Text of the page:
Sunday, May 25, 2014

a Quick 'n' EZ lunch

Long ago , I read in an English salad cookbook at Value Village that your children will like your coleslaw better if you add curry powder and grapes to it.  I didn't buy the book, but tried the tip out when I got home and it was a success--Rachael gobbled up my improved coleslaw!

I've been getting some nice cabbages lately, and had the above in mind when I made the following, very tasty, coleslaw. It's not grape season now, of course, so I used raisins instead. Celery would be nice in it, too, if you want to make it more Waldorfy. This recipe serves one as a solitary lunch, more if you're having it with company and serving other things in addition.

1/4 medium cabbage, finely sliced (or grated if you prefer soft salad to crunchy)
big handful raisins (or about 1C halved grapes)
big handful walnuts, very roughly chopped
1 apple, cored, cut into 1/8ths, and sliced
1 1/2T Veganaise
1T apple cider vinegar
2t agave nectar
big pinch salt
rounded teaspoon curry powder

Mix everything together.

Sunday, May 18, 2014

three green things

Here are three green things I've made lately, all of which I liked well enough to note down here so that I won't forget about them in the future. Maybe one of them will even interest some of my readers!

First, roasted cabbage. An easy and tasty way to fix cabbage if you've already got your oven going for something else. That stuff that looks like cat food is walnut-miso sauce.

Cut your cabbage into eight to twelve wedges, depending on its size--cut out some of the core if it seems too thick--and arrange them on a silpat-or-tin-foil-lined cookie sheet. Brush the cut surfaces with your choice of oil, then turn them over and grease the other side. Sprinkle with salt and pepper. Bake in a hottish oven (400-475°F, depending on the requirements of whatever else you're cooking) for 10-15 minutes per side (it will vary according to the heat of the oven and the size of the cabbage wedges). Meanwhile, make your sauce: in either a suribachi or a small food processor, crush a large handful of walnuts, then mix in about a tablespoon of miso (I used brown rice miso) and a little less of rice vinegar.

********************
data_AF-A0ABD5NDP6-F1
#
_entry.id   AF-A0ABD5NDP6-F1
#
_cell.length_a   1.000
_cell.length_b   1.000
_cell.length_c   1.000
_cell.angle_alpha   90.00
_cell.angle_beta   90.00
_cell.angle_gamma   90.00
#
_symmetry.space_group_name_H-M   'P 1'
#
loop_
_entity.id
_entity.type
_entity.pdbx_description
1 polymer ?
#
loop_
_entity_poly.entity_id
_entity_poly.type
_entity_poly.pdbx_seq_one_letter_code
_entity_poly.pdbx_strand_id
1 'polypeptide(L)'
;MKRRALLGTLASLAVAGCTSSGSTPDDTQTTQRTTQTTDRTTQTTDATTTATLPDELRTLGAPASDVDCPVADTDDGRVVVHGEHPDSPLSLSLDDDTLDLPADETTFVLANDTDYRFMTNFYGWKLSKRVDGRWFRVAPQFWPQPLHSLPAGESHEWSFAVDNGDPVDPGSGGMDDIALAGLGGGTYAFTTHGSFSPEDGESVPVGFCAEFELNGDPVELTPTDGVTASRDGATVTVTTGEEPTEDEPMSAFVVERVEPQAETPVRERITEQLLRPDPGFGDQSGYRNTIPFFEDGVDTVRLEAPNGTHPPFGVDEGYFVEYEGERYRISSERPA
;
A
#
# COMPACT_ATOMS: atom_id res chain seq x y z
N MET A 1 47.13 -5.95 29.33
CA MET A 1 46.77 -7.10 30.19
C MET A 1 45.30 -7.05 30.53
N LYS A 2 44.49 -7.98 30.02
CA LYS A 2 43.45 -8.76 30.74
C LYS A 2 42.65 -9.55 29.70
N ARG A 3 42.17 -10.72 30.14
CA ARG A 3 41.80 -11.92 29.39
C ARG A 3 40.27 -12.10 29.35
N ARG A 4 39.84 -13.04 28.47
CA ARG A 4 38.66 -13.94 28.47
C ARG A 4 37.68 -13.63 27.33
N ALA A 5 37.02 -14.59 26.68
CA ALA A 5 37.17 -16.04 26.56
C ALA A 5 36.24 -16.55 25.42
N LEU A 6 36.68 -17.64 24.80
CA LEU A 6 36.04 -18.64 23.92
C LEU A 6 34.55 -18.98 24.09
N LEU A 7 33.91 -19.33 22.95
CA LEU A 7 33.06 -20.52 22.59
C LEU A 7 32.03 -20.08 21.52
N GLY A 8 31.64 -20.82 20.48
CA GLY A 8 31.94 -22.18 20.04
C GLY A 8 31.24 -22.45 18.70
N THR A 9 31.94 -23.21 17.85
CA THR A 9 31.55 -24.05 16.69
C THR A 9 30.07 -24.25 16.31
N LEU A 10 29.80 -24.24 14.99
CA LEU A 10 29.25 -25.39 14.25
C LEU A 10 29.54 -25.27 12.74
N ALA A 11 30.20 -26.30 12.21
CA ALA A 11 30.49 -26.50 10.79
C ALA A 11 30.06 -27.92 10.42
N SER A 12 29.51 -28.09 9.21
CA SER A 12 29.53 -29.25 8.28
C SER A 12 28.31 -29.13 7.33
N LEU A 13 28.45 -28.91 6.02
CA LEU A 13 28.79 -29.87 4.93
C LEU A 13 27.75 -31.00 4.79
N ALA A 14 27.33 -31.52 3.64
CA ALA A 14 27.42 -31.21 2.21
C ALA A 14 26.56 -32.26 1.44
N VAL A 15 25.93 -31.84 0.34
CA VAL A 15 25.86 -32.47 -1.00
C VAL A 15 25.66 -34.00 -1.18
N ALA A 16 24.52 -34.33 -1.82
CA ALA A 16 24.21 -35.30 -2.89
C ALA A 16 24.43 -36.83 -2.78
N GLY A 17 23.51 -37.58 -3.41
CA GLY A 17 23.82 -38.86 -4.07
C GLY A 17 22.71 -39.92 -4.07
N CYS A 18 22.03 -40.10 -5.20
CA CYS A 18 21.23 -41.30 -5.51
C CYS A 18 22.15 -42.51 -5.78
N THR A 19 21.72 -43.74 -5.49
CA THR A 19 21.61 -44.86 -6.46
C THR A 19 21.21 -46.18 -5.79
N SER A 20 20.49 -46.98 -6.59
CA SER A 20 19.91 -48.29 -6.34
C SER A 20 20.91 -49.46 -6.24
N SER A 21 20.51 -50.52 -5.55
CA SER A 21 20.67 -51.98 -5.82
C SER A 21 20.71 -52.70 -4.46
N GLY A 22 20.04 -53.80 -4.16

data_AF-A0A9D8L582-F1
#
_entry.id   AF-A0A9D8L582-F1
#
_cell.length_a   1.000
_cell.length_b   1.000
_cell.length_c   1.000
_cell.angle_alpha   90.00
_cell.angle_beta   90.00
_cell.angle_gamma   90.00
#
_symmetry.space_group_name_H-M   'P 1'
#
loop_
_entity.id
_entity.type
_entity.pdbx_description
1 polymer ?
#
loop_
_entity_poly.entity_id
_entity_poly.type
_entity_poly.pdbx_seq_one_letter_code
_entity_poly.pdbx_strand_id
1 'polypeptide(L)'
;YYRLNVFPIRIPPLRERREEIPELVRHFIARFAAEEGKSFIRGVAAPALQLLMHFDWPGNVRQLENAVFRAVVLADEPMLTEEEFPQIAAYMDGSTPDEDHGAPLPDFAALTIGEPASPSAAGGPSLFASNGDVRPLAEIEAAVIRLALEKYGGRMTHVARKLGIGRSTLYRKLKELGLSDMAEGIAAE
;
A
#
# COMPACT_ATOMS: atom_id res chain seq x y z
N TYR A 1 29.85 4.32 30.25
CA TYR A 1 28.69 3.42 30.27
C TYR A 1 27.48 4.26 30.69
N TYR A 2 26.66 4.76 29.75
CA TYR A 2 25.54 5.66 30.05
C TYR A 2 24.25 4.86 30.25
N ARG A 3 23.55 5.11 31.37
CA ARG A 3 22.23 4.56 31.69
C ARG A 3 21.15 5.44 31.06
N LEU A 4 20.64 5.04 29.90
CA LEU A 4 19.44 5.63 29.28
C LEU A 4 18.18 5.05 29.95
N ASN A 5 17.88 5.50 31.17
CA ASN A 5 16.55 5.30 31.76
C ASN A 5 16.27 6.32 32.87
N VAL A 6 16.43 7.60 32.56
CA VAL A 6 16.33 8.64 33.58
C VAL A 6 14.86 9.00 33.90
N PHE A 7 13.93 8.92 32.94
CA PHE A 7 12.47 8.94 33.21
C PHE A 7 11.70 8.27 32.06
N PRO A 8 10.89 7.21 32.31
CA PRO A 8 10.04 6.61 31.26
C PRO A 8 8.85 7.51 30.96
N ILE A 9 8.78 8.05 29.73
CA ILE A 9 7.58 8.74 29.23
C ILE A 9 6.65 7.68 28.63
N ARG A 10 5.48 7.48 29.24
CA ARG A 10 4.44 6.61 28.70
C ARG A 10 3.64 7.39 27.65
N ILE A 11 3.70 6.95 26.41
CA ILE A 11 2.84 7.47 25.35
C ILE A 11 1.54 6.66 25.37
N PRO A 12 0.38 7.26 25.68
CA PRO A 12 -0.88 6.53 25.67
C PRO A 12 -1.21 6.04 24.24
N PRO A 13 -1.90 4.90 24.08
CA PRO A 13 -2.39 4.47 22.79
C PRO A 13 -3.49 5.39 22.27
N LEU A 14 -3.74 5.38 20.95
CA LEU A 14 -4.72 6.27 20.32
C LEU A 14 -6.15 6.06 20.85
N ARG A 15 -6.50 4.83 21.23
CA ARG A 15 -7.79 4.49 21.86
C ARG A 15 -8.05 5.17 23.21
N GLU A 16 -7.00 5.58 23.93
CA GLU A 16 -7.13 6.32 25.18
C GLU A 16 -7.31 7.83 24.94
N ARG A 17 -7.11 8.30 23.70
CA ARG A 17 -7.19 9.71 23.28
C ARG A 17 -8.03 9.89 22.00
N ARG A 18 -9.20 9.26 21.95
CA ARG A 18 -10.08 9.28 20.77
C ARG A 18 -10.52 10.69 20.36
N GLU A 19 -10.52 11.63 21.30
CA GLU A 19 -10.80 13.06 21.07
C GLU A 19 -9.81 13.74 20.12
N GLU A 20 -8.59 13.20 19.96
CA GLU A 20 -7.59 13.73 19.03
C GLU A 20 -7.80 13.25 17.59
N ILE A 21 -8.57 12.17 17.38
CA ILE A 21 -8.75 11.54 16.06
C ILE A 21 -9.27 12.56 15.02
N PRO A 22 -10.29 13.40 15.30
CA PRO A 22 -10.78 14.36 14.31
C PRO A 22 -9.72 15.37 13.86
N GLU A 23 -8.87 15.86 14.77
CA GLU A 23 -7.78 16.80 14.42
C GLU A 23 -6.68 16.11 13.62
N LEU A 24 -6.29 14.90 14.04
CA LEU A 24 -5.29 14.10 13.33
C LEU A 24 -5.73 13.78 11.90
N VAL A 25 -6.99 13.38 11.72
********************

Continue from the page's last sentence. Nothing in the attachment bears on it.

This was a Paula Wolfert recipe from the Chronicle. I had all the ingredients on hand except the parsley and I thought it would be a good use for my young kale, red dandelion leaves, and baby bok choy. I didn't make it exactly as directed--I cut my leaves up more coarsely, didn't add enough olive oil to make the dish the consistency of creamed spinach, and substituted extra cilantro for the missing parsley--but it still turned out very well. Even with the preponderance of dandelion, the lemoniness ensured that it was not too bitter.

Finally, I made fir and cedar vodkas. They're only a day old, so it'll be a week or so before I can try them out in a drink. Firtinis or cedarlets? The fir vodka--on the left--is certainly less pretty than the cedar vodka, isn't it?

If you should want to try this out for yourself, know that yews are the only toxic gymnosperms. Some taste nicer than others, of course, so that would be your main criterion. Spruce or juniper might be nice, and you could throw in a little rosemary even though it's actually a mint.